“Babygirl!” “Babygirl!”” “That don’t go in there! What you trying to do?” The man’s name was James, he is a retired army mp who now works at 7-11, and two weeks ago he stopped me from putting oil in my radiator. He got the oil where oil goes and diagnosed the cause of my car overheating, a broken water pump. This kind stranger worked with my overheated car for a good while and got it running well enough to get to a relative’s house. They in turn patched it up enough to get it to the shop.
Got my car back from the shop just in time for my kids to go on a church youth group trip to Lake Anna. Last time we went to the lake, a kind stranger named Marty opened his shop for an afternoon to repair my wipers on a rainy day. No adventures going down this time. We enjoyed the sweet hospitality of church family. The kids swam and boated and tubed and water skiied. We ate amazing food. I couldn’t have given them a weekend like that on my “saving for a new vehicle” budget, but thanks to the kindness of others, their summer ended on a definite high note, with stories they are still bubbling to tell.
The car started running a little funny on our way home from the lake. Enough so that we decided to take 11 rather than 81, knowing that we were more likely to get help, if we needed it, in one of the small towns we were passing through than on the side of 81. Somewhere after Buchanan, the road forked and we took the wrong side, winding up on 81 despite our best intentions. We hadn’t gone very far before the engine seized, leaving us in a ditch at the side of the highway.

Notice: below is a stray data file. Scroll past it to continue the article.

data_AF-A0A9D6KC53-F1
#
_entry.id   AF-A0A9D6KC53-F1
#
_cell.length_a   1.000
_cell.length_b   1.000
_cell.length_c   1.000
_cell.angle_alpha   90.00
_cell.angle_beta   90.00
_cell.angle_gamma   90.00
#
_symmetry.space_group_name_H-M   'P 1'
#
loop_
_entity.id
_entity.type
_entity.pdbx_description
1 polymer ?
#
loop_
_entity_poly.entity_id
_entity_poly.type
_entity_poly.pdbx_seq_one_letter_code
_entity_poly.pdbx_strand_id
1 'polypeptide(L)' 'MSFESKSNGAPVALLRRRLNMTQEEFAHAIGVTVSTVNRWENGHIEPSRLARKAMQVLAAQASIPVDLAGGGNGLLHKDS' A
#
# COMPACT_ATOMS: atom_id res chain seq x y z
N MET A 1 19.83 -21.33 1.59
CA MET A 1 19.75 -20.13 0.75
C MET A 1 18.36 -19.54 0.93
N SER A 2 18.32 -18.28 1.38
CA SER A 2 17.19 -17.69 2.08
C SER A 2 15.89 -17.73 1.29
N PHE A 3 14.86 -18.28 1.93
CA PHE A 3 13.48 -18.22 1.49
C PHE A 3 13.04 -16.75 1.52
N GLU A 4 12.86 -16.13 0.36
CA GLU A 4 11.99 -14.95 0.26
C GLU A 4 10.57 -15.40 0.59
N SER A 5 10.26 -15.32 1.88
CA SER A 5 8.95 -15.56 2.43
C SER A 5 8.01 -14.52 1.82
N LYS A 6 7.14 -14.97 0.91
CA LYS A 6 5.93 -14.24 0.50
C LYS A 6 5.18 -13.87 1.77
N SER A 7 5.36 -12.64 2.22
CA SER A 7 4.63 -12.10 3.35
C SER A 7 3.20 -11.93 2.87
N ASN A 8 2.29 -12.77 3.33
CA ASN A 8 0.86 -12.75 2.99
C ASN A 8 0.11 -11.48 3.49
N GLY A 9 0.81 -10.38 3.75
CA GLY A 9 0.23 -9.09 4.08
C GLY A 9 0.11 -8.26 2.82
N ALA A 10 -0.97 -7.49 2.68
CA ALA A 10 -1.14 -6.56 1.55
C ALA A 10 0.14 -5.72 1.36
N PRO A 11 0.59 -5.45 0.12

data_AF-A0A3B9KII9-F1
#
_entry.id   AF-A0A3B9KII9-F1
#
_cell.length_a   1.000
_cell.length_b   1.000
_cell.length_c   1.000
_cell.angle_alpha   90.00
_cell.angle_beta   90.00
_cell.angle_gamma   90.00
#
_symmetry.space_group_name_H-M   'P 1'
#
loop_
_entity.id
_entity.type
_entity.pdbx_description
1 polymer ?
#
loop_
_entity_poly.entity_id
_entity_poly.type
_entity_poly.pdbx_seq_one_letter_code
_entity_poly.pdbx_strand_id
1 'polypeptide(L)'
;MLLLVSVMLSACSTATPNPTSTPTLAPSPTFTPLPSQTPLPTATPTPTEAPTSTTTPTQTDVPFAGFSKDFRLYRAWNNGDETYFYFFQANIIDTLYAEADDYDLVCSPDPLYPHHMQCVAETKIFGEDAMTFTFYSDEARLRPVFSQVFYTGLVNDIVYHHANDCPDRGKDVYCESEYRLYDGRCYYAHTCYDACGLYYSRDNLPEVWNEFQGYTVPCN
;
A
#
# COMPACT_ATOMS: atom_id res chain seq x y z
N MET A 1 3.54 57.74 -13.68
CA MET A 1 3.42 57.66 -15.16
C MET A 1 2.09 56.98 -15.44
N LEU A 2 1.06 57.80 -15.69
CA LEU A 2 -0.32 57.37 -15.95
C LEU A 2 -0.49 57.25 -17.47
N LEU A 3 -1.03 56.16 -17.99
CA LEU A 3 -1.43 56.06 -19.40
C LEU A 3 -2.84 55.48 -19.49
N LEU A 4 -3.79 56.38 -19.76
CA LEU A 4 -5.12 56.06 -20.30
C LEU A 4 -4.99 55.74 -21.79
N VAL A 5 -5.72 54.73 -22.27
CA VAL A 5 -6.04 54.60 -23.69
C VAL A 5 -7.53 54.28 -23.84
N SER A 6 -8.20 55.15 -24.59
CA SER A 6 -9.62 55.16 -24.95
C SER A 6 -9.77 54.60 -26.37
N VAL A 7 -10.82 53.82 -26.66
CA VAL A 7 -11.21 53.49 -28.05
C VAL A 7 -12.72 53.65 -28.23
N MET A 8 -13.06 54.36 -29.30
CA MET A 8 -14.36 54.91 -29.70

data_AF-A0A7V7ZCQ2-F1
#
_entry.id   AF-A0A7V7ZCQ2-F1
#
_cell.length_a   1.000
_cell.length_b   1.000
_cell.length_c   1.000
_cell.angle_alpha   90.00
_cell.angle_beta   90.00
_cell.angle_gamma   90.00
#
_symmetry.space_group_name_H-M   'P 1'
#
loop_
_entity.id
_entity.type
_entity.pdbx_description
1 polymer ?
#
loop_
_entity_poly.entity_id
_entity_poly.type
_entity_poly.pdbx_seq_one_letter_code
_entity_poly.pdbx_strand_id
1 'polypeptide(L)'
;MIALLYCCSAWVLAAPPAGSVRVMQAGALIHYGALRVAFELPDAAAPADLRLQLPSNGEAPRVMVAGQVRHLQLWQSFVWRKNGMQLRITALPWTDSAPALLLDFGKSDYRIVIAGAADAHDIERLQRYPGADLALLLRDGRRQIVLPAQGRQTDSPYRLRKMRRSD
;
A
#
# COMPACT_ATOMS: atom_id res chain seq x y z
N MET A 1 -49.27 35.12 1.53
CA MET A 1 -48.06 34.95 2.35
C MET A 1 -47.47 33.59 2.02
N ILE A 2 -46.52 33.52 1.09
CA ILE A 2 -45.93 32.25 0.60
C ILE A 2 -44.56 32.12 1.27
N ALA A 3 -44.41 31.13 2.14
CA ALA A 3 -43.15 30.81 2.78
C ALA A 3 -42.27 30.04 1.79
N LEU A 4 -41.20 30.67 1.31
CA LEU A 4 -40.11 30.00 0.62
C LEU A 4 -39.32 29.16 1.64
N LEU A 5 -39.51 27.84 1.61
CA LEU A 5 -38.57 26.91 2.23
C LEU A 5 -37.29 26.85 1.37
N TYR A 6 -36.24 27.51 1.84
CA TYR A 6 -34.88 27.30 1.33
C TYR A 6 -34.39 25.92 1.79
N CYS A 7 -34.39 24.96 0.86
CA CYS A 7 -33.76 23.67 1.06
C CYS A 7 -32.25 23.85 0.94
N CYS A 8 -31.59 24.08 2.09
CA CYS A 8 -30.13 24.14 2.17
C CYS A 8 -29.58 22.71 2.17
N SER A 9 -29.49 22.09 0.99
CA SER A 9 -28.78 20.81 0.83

We called a tow truck and my husband to come meet us. For future reference, a call to #77 will bring a state trooper to wherever you break down. They will call the nearest tow truck and wait with you until they arrive. I did not know about that, so a half hour later, it was dark, I couldn’t get the car started, and the battery was running low. My headlights and flashers began to dim, and the children became increasingly frightened as 18 wheelers whizzed by on the highway.
Before the lights went out completely, our tow truck arrived. It wasn’t the one we called. This shop owner had switched jobs with the guy we called, because he overshot the exit he was supposed to find his tow on. This was the first providence, as this particular tow truck had a large enough cab to fit all of the kids. The next providence was that this man’s shop was 20 miles closer to home, which was helpful as Shane was meeting us.
The final providence was this: that Wayne was a father of four who loved Jesus and understood kids. He got the car functioning well enough to drive out of the ditch and the kids safely situated in his cab in no time. He chatted with us over the course of the ride to his shop, listening to the kids’ stories from their weekend and sharing with us a miraculous testimony of God’s faithfulness in his own life, and in the lives of his children.
As I think about the beauty of nature that I saw this weekend, the wonderful rest, and the kindness of Christ reflected in human forms, that old children’s hymn about it being “My Father’s World” comes to mind. Despite the impression we get on the evening news, as long as His own children remain in the earth, it is a place of beauty and even kindness.